Why it's so hard to stay "good" and what we can do about it:
Regardless of how you were raised, we all have an idea of what is “good” and what is “bad” and I feel confident in saying that I can’t be the only one who frequently ends up making choices that I am not proud of.
Why is this?
Why when we are trying so hard to change, do we continue to make mistakes?
Well, being human might have something to do with it.
I don’t like the word “diet,” it gives me anxiety and I feel like it has a lot of negative connotations, but if you think about it, when we are trying to be “good” we are dieting in one way or another.
There are all kinds of diets beyond just giving up foods. Spiritual diets, emotional diets, financial diets, relationship diets.
Restrictions we place upon ourselves in order to feel lighter.
There are a lot of things I am personally working on, things I am trying to change about my lifestyle. Some are easy to discuss, like abstaining from sugar for health reasons, and others are more personal.
Here are some tips that can help us on the quest to stay "good.":
1. Sustainable “Dieting"
When choosing a diet, or a restriction to place upon yourself, choose one that will last. Thinking of goals as a “diet” that you can go on or off is a lot less effective than simply switching to a healthier lifestyle that you maintain at all times. This applies to every type of diet. If you are trying to live to religious standards, you don’t want a religion that you follow when its convenient or easy, you want one that you live and follow at all times. If you are trying to diet financially, you don’t want to save only to buy things later, you want to save to invest, to pay yourself. This is why it’s important to pace yourself. If a lifestyle diet seems too difficult in the first place, sustaining it for a long time will seem impossible.
"'Losing weight and maintaining it is among the most difficult things people can do because it has no end,' says Gary Foster, PhD, director of the Center for Obesity Research and Education at Temple University in Philadelphia. 'To succeed is to make the vigilance part of a regular lifestyle.’”
SustainabilitY is KEY, but sometimes you can jumpstart sustainability with strictness. It's really hard to give something up if you still allow yourself a little, because a little quickly becomes a lot.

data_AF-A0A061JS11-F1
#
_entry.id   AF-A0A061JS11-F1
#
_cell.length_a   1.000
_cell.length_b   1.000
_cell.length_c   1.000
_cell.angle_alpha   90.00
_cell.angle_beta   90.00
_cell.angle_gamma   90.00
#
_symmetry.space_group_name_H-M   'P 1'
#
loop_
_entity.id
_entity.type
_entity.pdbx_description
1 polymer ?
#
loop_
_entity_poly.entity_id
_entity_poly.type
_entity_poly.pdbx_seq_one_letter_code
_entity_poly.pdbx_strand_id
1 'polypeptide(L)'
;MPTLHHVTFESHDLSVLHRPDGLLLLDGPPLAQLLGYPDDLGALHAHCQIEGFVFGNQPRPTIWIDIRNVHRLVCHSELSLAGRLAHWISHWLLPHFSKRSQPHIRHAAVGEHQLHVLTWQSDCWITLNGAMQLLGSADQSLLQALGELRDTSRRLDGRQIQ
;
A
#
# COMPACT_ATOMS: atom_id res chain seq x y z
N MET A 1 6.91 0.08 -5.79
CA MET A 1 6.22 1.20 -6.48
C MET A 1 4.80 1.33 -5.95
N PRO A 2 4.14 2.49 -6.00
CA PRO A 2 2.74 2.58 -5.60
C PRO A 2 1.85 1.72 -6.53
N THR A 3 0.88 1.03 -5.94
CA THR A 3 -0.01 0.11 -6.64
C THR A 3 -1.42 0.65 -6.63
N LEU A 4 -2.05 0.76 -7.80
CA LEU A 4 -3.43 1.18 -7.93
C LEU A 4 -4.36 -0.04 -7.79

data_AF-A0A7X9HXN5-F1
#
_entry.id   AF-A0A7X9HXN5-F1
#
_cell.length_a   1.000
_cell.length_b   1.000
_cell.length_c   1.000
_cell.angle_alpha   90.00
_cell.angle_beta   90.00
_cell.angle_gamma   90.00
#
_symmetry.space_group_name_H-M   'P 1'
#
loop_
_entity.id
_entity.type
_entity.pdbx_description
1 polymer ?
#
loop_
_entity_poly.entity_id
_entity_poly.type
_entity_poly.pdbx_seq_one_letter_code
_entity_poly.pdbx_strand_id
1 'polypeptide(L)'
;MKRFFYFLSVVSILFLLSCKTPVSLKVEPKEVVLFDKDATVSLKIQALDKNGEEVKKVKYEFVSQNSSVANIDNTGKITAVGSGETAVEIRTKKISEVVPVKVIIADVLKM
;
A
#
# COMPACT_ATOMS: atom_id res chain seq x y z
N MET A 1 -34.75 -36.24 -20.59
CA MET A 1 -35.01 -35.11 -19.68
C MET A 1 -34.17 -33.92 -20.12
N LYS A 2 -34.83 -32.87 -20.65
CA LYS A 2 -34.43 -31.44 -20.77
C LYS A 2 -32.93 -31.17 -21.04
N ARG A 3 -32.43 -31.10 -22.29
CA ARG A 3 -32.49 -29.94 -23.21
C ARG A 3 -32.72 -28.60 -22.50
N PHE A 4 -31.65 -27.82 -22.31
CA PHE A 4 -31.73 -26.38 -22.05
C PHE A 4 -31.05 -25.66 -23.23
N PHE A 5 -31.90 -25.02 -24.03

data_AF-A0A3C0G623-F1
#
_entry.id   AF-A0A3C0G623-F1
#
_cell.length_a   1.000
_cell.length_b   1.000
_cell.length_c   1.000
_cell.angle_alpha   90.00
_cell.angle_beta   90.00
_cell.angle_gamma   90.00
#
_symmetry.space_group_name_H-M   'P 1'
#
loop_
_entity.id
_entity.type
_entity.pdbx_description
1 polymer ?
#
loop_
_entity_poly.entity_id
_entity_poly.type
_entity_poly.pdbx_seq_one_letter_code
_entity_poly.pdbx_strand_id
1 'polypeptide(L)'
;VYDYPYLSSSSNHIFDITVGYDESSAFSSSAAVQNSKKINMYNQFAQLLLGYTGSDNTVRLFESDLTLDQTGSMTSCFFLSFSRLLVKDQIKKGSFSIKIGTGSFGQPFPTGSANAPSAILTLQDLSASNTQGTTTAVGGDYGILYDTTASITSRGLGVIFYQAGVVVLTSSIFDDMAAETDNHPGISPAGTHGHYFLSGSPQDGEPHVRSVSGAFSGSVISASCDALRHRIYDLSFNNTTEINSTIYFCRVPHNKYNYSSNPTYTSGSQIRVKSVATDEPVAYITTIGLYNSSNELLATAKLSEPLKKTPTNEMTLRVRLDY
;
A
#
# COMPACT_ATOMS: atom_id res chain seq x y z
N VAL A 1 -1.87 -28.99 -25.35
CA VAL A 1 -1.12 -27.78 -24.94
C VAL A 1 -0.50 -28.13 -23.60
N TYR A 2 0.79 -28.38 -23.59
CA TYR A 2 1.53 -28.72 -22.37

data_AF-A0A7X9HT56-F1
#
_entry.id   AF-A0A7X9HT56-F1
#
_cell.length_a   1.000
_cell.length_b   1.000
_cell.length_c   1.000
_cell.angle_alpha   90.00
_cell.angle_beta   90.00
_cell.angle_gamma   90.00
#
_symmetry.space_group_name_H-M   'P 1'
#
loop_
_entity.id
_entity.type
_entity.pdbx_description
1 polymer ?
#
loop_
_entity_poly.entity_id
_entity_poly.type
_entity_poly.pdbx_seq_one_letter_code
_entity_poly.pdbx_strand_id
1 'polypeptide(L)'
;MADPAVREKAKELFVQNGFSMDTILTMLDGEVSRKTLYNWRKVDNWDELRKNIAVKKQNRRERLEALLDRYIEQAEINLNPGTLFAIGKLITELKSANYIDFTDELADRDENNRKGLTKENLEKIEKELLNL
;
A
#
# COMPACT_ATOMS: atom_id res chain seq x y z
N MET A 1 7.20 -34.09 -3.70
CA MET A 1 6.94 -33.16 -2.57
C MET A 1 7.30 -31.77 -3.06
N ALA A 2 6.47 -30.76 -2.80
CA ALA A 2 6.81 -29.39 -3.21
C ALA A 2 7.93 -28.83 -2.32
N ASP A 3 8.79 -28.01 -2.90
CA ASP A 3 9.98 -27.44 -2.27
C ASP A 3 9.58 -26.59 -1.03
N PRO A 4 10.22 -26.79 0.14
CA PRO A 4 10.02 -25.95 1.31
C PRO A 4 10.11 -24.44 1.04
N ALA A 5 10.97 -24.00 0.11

2. Avoid Unrealistic Expectations
You don’t lost thirty pounds over night, just like you don’t become a millionaire over night or the pope or an olympic athlete. All things come in due time with effort and patience. It is easy to quit or abandon a diet simply because you had a “cheat week” and feel like redemption is futile.
Start with small goals, rather than perfection. Take the tiny victories and celebrate those, rather than highlighting the failures. The belief that you have failed, triggers more failure and old habits to return. Look at failure as a learning opportunity for situations to avoid in the future.
Love yourself, forgive yourself, reward yourself.
But not with the thing you are avoiding. Don’t reward a good “temptation free” day with a little bit of the tempting thing. Find a more rewarding reward.
3. Track your progress.
Write down the small moments throughout the day of success. Create an “I did it” journal where you celebrate your moments of strength. Satisfy your hunger with healthier alternatives. When you ache for company late at night, call up a good friend rather than an old lover. When you ache to buy something you can’t afford, set down your card and enjoy something you’ve already purchased. Manage your stress with healthy alternatives like bubble baths and dusk-time bike rides, rather than the vices that threaten your well-being.
4. Don't Diet Without Exercise
If you restrict yourself from bad things without strengthening yourself with good things, it becomes nearly impossible to maintain the growth. There are lots of ways to strengthen yourself spiritually, emotionally, and physically, beyond the “norm.” Nature walks once a week are a fantastic way to come closer to God, stability, and health. Work your way up from there, just start where you are.
5. Change Your Environment
Giving up sugar while still having a fridge full of ice cream was not one of my best ideas. Willpower can only go so far until I’m face first in a carton, forgetting everything I’ve worked for all day long. Get rid of the triggers from the beginning. Move, change schools, change jobs, change friends. When giving up mini-addictions, you need to be proactive. Surround yourself with people who want to see you succeed, and support you in avoiding temptations.
Don’t get discouraged. Any form of “diet” is an uphill battle, and some slip ups are inevitable. Just keep climbing.